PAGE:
Sophomore Michael Jones overcomes scary injury to lead Montevallo
By ALEC ETHEREDGE | Managing Editor
MONTEVALLO – Unresponsive and lying on the gym floor with his mom screaming from the side and an ambulance still several minutes away, Michael Jones’ life was flashing before his eyes.
The atmosphere all of a sudden went from electric to concern and fear with players and fans crying and screaming as Jones started to shake and foam at the mouth.
Not knowing what was happening, Montevallo head basketball coach Greg Dickinson tried to remain calm for his players, but when Jones stopped breathing for a second, panic was setting in.
“We had to focus on keeping him breathing,” Dickinson said. “With the ambulance still 10 minutes away, that was our main goal because a seizure shouldn’t last as long as this was lasting.”
Dickinson recalls a blank stare from Jones, but he couldn’t respond.
“His temperature went up sky high, so we were fanning him and doing everything we could think of,” Dickinson said. “His mom was on the sideline panicking, screaming, crying and praying.”
That’s when a prayer group formed on the side, as players, fans and others throughout the gymnasium joined together in a circle to pray for Jones’ safety.
There was a point in time where Dickinson also had to help in performing CPR when he stopped breathing for a second.
“We were just trying to keep him alive,” he recalled. “Finally, he started to look at us and his breathing returned, but he still couldn’t talk.”
That’s when the ambulance arrived. The gym was evacuated at that point to make room for the paramedics, who swiftly loaded Jones onto a stretcher and took him to Shelby Baptist Medical Center.
A night of prayer
The scary moment came in a game against Leeds on Jan. 8, 2019, where the Bulldogs were seeking revenge following a loss to the Greenwave 10 days earlier. And the freshman Jones caught fire early.
After knocking down back-to-back 3-pointers, he put Montevallo up 33-15 and had close to 20 points in the first half, but that was the last thing he remembered from that game.
Driving to the basket shortly after, Jones was fouled hard, which carried his momentum out of bounds and ended with his head slamming into the concrete wall next to the padding behind the basket.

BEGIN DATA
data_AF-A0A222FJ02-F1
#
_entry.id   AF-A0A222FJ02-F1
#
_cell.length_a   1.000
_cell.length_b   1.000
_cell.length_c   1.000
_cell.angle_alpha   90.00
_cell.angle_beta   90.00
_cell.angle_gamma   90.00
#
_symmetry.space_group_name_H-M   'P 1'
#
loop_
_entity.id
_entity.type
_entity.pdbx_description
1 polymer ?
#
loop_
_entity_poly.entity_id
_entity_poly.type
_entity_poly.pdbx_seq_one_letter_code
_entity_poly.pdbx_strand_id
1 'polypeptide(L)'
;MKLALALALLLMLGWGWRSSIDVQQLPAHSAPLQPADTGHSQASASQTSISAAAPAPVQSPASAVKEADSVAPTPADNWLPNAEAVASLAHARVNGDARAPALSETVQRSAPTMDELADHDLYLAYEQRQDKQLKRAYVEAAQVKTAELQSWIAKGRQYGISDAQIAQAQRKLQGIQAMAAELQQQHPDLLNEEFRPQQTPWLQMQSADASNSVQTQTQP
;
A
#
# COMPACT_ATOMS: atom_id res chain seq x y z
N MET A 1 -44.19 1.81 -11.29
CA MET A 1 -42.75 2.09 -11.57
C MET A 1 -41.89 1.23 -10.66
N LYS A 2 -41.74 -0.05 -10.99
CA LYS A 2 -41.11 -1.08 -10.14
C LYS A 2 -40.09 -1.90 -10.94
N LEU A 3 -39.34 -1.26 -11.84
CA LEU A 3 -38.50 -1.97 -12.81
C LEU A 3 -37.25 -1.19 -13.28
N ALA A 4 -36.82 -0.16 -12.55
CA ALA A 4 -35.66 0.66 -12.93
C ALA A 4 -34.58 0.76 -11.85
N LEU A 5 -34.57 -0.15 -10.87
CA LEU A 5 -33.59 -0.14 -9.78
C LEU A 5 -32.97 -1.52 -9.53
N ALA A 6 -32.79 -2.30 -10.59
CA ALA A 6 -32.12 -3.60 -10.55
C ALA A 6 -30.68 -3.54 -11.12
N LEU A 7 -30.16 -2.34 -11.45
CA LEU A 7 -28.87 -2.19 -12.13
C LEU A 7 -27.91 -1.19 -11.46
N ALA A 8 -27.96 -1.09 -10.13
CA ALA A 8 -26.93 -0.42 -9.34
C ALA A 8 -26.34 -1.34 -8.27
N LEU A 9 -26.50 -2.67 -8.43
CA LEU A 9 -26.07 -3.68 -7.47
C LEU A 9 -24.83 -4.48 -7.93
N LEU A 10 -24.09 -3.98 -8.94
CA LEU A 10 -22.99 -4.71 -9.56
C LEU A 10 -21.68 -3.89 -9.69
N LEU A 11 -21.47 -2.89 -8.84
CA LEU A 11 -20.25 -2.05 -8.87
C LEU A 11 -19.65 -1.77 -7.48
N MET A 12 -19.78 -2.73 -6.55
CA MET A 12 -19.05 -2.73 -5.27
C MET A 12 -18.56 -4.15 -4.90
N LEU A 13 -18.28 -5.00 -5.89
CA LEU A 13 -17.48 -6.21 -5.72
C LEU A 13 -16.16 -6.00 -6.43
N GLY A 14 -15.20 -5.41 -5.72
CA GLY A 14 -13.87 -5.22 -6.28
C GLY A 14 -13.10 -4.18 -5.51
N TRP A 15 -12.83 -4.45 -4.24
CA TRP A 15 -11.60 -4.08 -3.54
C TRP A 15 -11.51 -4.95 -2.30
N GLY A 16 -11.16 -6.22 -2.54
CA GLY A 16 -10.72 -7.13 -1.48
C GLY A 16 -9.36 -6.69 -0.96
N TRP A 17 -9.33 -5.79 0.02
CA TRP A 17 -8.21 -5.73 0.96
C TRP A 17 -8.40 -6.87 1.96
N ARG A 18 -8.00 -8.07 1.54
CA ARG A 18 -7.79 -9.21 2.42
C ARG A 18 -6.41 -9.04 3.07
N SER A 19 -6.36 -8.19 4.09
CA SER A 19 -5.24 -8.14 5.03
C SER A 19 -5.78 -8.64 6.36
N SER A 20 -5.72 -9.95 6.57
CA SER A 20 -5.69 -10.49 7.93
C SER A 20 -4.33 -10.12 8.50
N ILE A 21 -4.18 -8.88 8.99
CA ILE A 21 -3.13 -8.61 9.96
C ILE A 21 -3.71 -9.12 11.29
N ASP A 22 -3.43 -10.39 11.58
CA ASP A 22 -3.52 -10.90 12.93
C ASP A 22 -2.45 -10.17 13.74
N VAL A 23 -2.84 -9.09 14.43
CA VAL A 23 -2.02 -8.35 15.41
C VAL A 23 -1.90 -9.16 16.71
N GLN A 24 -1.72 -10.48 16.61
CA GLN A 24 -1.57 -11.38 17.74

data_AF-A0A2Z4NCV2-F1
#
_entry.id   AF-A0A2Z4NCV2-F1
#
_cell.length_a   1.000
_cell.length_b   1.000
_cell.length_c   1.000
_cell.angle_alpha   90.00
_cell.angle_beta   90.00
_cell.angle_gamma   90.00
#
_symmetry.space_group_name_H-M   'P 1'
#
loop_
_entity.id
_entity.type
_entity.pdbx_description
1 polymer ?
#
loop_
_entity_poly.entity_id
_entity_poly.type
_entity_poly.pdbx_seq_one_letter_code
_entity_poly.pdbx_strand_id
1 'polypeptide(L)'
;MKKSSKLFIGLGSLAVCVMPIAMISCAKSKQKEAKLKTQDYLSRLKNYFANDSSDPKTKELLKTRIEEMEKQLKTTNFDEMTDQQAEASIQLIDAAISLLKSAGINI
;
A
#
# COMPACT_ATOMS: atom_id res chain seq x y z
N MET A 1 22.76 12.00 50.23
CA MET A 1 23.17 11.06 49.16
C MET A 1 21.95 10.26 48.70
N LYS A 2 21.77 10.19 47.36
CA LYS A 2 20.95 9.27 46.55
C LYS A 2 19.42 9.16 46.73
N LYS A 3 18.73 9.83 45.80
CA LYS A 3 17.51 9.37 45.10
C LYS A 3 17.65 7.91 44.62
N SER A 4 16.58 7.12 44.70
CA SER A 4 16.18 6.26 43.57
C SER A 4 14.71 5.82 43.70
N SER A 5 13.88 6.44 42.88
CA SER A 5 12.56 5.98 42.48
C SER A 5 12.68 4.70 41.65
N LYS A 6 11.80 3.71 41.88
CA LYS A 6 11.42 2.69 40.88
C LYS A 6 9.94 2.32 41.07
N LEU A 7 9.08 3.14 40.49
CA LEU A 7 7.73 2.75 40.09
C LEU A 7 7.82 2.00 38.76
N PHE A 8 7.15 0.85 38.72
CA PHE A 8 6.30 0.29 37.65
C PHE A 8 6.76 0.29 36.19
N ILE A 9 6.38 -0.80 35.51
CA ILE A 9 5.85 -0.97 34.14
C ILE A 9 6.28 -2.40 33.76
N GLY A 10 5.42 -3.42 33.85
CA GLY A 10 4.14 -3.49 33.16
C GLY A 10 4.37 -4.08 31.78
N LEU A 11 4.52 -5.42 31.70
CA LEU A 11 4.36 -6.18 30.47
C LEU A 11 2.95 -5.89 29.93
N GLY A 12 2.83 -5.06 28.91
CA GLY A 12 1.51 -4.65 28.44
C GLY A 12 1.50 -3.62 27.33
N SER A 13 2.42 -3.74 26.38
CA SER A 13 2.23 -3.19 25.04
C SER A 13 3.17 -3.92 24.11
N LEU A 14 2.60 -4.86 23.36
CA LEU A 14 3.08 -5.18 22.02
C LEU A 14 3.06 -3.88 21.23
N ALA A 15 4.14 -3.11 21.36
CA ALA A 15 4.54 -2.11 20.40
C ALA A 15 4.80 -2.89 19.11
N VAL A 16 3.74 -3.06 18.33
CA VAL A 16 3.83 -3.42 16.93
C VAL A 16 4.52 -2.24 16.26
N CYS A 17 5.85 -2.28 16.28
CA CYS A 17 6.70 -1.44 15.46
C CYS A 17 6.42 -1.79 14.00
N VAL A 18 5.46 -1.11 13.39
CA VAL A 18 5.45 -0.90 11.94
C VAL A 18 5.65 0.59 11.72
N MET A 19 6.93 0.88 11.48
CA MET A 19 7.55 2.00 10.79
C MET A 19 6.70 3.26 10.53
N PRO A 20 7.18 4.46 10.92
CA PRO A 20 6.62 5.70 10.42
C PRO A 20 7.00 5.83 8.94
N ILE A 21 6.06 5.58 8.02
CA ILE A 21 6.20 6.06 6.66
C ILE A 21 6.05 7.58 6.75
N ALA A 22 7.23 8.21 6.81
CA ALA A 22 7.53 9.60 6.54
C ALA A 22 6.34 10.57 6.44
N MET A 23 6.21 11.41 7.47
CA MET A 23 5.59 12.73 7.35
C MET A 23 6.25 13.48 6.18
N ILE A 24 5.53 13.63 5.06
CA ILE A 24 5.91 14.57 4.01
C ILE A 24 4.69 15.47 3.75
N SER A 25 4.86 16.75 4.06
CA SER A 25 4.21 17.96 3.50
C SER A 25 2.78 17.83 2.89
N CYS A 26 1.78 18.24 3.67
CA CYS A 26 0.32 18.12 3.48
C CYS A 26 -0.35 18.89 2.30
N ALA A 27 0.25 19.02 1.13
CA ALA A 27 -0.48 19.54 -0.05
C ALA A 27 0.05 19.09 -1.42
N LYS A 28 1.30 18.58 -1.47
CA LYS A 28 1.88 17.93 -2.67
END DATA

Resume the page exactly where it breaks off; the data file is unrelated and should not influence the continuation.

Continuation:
“I remember in the first quarter, I was hitting almost everything,” Jones said. “Then I drove in, got knocked down and don’t really remember anything after that.”
But what he didn’t remember was begging to go back in the game after taking a breather on the bench following the hit to the head.
“When I put him back in the second half, I saw that he couldn’t guard nobody, he couldn’t stay in front of anybody,” Dickinson said. “So I took him out. I said ‘Boy, you OK?’ He said ‘Yeah coach, I’m good.’ I told him ‘Well sit down, cause you can’t guard nobody right now.’”
But Jones contested he felt fine and at that time, there were no other signs of anything being wrong other than his nonchalant play on defense, so he went back in.
After playing a few minutes, he was taken back out with the game in hand leading up to the end.
That’s when everything took a turn for the worse, and his life flashed in front of his own eyes as well as everyone else’s in the gym.
“I could tell he was spaced out, so I started yelling ‘MJ, you alright?’ and that’s when he became unresponsive,” Dickinson said.
That’s when Jones collapsed near the team bench.
After doing everything they could to keep him alive and the paramedics had taken him to Shelby Baptist, Montevallo’s players and coaches threw their clothes in the locker room and immediately piled into cars to drive to the hospital along with Jones’ family and friends.
“At that point it was just a waiting game,” Dickinson said. “He was in there for hours. They were checking to make sure there was no swelling around the brain and things like that because that’s what they were scared of.”
But after doing scans and keeping him overnight for tests, Jones was released from the hospital on similar protocol to a concussion.
“I had to miss school for a couple of days and couldn’t watch TV or look at a screen for a while,” Jones said.
Remarkably, Jones only had to miss two-and-a-half weeks after that terrifying night before he could step back on the court and jump back into action.